Alex on Camel, Egypt
Butchers in Moshi, Tanzania
Remarkable Rocks, Kangaroo Island
Summer Palace, China
Dorota on Brighton Beach

Polish Wedding, Kolo, Poland

Polish Wedding, Kolo, Poland - feature photo

Finally I’ve managed to find the time to write about my cousin’s wedding Alex and I attended in Poland back in September 2008.

Typical Polish weddings start on a Saturday and take 2 days! In a few words, it’s all about tradition, church, drinking, eating, dancing, drinking, singing, drinking etc. I’m familiar with all of that (maybe with some exceptions), but for Alex it was all new. And for both of us it was a truly unique experience. Also as it was my closest cousin’s wedding, Alex had a chance to meet my whole family for the first time. It took place in Kolo (pronounced kowo), a small town in central Poland, where I was born.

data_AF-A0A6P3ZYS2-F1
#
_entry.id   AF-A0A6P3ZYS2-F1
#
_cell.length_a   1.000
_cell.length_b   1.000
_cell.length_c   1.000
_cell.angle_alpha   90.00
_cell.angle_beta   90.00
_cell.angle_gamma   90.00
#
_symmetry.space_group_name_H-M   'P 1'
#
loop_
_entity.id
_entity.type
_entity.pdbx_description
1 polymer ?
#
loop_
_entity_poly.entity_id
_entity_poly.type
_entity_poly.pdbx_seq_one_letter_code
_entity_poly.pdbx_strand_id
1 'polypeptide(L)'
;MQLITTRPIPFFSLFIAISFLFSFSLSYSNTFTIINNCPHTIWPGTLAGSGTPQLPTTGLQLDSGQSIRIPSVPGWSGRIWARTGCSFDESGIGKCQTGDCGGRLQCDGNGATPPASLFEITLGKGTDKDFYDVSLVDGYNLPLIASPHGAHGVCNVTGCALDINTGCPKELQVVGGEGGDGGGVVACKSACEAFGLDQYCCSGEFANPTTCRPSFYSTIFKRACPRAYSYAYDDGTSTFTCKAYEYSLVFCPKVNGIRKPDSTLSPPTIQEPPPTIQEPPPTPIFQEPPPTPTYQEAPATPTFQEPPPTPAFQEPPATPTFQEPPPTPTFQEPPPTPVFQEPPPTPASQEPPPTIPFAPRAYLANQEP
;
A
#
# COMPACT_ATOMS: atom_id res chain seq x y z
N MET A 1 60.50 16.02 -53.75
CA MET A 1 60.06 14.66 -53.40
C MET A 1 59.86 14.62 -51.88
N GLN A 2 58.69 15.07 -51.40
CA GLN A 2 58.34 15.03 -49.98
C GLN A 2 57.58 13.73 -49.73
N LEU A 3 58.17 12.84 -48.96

Before any church ceremony, or any party takes place, the spiritual part comes: parents give the bride and groom blessing and they all go to the church. Traditionally a Polish wedding takes place in the church where the bride belongs. Bear in mind Poland is a catholic country, the ceremony will most likely be hold in a catholic church with a long Mass, followed by throwing rice or coins on the bride and groom once they are leaving church (I guess that’s not really Polish). They have to collect all the coins, and here are two ways of explaining this: the person who collects the most coins will rule the family OR they have to collect everything, as it gives them luck… Anyway, after that there is the part with all the presents and congratulations…
Now everyone should go to the party? Not so quickly…